the 2d and 3d articles of the convention signed this day, shall continue to be paid by Great Britain, during the continuance of the war between that power and France, conjointly with Russia, or as long as the state of affairs, and the ope rations of the allies, shall require that the fortress of Stralsund be kept in a respectable state of defence, unless the two high contracting parties shall mutually consent to the cessation of such subsidies. both cases, if the term of their payment should happen when the sea is not navigable, his Britannic majesty engages, nevertheless, to continue their payment, according to the same rate as heretofore, till the day of the return of the Swedish troops into Pomerania, which shall take place by the earliest opportunity.
No. IV. (D.)-Second Separate Article of the Convention of Helsingborg, signed the 31st of August, 1805.
The Hanoverian troops, which, in pursuance of the stipulations of the 2d and 3d articles of the secret and preliminary convention of the 3d of December, 1804, renewed by the 7th article of the present convention, may be hereafter assembled in Swedish Pomerania, shall continue, as long as they remain in that province, under the supreme orders of the commander-in-chief of the united forces, without any violation of the rights established in the three above-mentioned articles.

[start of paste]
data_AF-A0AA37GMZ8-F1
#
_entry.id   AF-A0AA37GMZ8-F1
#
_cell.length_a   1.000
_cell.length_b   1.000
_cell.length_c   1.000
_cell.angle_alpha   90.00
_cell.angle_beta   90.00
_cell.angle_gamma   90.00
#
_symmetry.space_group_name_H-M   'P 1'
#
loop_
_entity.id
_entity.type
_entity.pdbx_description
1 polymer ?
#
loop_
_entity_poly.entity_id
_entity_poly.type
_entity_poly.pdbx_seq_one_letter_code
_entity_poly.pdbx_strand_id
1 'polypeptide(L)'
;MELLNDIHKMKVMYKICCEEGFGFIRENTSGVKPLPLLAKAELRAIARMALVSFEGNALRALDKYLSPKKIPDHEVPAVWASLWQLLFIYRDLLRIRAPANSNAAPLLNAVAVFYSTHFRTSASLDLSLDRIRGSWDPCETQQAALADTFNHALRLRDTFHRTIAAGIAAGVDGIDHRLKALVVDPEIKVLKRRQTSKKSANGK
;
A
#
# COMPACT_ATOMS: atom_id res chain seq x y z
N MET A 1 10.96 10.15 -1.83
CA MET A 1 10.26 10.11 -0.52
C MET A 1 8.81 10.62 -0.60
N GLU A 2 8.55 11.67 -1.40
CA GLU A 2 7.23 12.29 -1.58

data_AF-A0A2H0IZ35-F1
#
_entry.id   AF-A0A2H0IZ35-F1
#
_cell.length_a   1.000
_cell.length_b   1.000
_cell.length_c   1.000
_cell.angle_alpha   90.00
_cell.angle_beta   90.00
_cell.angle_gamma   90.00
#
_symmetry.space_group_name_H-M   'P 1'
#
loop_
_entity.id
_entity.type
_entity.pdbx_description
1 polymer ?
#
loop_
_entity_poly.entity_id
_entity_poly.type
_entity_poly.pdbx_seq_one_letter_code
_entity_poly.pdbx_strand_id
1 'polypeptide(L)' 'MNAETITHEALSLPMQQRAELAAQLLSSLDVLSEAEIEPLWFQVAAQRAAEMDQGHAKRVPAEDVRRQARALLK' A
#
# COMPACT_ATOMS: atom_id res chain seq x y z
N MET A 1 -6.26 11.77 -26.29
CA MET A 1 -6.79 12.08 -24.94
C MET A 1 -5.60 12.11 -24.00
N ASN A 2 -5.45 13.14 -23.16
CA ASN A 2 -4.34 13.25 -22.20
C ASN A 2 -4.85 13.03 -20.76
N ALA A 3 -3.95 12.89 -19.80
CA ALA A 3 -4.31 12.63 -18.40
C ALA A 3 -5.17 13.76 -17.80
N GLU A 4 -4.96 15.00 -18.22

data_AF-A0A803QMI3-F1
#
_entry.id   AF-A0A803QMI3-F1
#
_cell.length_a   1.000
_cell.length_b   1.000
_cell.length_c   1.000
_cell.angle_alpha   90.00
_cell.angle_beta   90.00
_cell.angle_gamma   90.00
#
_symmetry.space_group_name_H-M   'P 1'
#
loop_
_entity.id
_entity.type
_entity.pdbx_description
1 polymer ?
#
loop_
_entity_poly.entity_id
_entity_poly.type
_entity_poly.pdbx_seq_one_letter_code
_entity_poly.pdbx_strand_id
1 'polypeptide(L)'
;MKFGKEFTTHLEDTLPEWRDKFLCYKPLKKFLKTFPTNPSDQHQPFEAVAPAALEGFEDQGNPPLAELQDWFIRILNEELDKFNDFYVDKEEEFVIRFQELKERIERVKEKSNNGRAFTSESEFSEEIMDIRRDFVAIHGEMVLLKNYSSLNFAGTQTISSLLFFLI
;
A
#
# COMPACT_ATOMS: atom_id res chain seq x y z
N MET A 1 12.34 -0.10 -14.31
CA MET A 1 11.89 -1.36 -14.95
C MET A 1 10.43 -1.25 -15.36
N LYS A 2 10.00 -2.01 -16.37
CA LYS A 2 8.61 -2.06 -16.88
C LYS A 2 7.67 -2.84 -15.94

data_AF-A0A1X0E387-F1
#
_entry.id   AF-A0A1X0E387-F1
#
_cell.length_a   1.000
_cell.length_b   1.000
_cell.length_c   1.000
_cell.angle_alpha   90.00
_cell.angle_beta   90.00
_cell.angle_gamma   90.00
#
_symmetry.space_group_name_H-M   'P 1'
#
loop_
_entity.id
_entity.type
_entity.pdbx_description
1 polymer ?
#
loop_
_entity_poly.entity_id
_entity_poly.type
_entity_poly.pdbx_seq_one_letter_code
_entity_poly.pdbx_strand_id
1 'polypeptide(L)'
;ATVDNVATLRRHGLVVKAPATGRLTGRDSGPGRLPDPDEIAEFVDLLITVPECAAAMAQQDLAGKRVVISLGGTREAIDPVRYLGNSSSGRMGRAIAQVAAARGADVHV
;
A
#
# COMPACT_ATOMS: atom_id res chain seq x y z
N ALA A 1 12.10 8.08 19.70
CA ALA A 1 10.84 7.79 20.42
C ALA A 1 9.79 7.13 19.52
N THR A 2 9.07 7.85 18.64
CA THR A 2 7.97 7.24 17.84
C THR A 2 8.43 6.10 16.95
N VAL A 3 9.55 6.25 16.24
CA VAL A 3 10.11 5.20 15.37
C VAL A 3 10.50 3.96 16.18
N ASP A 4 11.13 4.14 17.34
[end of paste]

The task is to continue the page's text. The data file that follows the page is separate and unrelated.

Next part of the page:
This separate article shall have the same force and validity, as if it were inserted word for word in the convention signed this day, and shall be ratified at the same time.
In faith of which we the undersigned,